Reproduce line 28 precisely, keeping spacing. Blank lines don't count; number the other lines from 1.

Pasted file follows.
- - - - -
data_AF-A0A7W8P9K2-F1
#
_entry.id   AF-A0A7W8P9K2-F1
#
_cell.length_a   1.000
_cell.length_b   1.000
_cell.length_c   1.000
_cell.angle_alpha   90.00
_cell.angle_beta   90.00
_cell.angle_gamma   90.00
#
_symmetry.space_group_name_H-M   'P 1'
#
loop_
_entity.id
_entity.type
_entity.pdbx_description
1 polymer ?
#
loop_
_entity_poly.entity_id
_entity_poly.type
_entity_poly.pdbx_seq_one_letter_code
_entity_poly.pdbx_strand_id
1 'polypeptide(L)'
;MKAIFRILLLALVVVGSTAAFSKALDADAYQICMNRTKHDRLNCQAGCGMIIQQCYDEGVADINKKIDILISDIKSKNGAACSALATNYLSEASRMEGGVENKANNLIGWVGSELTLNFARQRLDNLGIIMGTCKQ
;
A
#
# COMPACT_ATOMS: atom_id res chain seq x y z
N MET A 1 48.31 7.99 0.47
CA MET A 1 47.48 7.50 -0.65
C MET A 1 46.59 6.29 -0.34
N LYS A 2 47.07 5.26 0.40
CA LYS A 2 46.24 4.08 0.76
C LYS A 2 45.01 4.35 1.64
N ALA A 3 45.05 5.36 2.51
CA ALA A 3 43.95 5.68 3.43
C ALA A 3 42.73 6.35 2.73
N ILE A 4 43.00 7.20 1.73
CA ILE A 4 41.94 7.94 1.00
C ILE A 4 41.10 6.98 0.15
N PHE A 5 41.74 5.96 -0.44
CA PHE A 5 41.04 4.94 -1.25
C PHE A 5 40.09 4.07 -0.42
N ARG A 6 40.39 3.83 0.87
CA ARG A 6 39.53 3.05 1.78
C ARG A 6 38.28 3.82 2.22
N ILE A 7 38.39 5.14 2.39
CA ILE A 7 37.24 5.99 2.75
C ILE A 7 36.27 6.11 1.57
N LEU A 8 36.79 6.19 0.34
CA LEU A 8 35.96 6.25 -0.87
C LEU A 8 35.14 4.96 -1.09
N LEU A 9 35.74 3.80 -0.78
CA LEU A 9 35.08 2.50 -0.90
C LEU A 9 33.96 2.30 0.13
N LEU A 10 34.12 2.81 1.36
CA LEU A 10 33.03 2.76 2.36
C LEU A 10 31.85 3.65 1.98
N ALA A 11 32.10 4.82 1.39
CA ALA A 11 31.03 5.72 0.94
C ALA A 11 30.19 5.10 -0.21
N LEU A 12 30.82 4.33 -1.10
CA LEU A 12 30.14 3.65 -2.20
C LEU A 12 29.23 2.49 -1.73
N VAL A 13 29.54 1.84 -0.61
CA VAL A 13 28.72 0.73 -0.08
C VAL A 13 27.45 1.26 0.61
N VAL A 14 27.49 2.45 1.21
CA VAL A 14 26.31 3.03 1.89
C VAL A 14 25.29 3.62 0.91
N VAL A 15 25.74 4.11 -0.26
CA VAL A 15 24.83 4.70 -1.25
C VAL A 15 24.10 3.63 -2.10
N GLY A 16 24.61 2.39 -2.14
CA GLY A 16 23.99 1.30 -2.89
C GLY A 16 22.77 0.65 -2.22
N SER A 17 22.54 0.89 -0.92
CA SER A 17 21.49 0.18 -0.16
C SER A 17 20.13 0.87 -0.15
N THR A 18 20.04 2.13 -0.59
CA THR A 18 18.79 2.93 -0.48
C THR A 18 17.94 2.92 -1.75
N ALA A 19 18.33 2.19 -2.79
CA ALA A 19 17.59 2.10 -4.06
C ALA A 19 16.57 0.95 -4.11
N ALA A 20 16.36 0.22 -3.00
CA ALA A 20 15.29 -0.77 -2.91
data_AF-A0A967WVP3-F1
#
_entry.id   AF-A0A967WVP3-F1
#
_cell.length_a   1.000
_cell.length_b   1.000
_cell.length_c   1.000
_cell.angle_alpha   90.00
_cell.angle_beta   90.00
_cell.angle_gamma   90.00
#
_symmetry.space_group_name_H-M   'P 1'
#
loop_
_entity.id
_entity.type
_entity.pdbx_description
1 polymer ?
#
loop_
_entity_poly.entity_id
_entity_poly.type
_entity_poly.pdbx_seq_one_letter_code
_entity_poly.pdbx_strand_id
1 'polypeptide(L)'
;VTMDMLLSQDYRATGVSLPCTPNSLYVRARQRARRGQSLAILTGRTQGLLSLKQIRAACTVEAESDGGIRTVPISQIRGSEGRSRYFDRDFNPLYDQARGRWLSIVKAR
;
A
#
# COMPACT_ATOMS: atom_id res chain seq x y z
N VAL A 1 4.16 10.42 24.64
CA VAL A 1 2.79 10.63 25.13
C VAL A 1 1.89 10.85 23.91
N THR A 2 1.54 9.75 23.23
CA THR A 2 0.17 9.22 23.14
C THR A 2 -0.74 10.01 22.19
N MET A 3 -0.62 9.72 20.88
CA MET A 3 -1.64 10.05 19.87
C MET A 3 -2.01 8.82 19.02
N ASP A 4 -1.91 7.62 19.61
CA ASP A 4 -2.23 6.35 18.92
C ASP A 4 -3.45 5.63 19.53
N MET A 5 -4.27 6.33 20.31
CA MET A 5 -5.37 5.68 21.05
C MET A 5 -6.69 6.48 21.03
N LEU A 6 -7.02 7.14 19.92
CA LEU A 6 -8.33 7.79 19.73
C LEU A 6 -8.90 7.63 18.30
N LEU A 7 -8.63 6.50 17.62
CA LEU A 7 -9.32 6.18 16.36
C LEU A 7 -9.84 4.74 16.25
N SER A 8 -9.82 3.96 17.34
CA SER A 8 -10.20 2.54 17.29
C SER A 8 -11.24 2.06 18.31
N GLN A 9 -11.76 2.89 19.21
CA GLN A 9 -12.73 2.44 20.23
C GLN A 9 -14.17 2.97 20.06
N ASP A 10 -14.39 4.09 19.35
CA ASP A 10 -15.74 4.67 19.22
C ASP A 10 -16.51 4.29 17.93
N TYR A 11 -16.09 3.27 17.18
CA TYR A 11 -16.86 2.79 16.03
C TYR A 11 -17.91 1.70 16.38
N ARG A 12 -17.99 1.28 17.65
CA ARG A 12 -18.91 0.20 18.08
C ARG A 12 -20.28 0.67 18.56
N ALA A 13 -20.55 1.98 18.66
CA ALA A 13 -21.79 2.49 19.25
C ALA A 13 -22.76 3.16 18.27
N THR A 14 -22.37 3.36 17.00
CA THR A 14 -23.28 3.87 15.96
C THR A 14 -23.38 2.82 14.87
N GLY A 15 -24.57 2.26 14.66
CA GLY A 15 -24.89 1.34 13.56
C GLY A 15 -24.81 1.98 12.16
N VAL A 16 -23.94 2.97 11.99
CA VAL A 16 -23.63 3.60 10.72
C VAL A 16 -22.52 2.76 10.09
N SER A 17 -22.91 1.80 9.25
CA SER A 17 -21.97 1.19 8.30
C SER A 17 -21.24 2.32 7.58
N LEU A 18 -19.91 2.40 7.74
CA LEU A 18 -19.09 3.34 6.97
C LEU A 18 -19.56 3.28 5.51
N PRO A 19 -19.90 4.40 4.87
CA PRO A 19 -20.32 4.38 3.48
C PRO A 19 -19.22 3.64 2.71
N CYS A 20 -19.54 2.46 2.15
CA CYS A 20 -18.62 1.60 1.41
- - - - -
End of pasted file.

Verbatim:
A